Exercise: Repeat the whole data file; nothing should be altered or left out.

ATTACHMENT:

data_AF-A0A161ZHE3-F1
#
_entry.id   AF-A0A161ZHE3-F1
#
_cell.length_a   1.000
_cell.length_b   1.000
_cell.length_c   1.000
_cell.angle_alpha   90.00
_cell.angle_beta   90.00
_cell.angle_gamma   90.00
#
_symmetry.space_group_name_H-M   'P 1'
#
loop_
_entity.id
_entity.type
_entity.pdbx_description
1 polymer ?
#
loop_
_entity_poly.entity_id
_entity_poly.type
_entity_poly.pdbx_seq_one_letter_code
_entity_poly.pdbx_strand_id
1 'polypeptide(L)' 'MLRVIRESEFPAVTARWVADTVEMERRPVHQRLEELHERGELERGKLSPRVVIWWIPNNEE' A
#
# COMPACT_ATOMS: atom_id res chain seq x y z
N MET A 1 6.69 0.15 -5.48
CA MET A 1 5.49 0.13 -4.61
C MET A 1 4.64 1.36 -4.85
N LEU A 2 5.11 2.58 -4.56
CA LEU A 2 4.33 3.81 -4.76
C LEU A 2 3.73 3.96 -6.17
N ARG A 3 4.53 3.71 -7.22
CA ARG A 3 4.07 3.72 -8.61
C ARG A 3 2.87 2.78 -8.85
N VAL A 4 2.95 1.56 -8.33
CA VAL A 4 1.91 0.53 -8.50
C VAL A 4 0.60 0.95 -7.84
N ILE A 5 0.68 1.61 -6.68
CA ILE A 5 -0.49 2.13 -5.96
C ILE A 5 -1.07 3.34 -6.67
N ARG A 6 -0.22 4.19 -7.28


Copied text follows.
data_AF-A0A161ZHE3-F1
#
_entry.id   AF-A0A161ZHE3-F1
#
_cell.length_a   1.000
_cell.length_b   1.000
_cell.length_c   1.000
_cell.angle_alpha   90.00
_cell.angle_beta   90.00
_cell.angle_gamma   90.00
#
_symmetry.space_group_name_H-M   'P 1'
#
loop_
_entity.id
_entity.type
_entity.pdbx_description
1 polymer ?
#
loop_
_entity_poly.entity_id
_entity_poly.type
_entity_poly.pdbx_seq_one_letter_code
_entity_poly.pdbx_strand_id
1 'polypeptide(L)' 'MLRVIRESEFPAVTARWVADTVEMERRPVHQRLEELHERGELERGKLSPRVVIWWIPNNEE' A
#
# COMPACT_ATOMS: atom_id res chain seq x y z
N MET A 1 6.69 0.15 -5.48
CA MET A 1 5.49 0.13 -4.61
C MET A 1 4.64 1.36 -4.85
N LEU A 2 5.11 2.58 -4.56
CA LEU A 2 4.33 3.81 -4.76
C LEU A 2 3.73 3.96 -6.17
N ARG A 3 4.53 3.71 -7.22
CA ARG A 3 4.07 3.72 -8.61
C ARG A 3 2.87 2.78 -8.85
N VAL A 4 2.95 1.56 -8.33
CA VAL A 4 1.91 0.53 -8.50
C VAL A 4 0.60 0.95 -7.84
N ILE A 5 0.68 1.61 -6.68
CA ILE A 5 -0.49 2.13 -5.96
C ILE A 5 -1.07 3.34 -6.67
N ARG A 6 -0.22 4.19 -7.28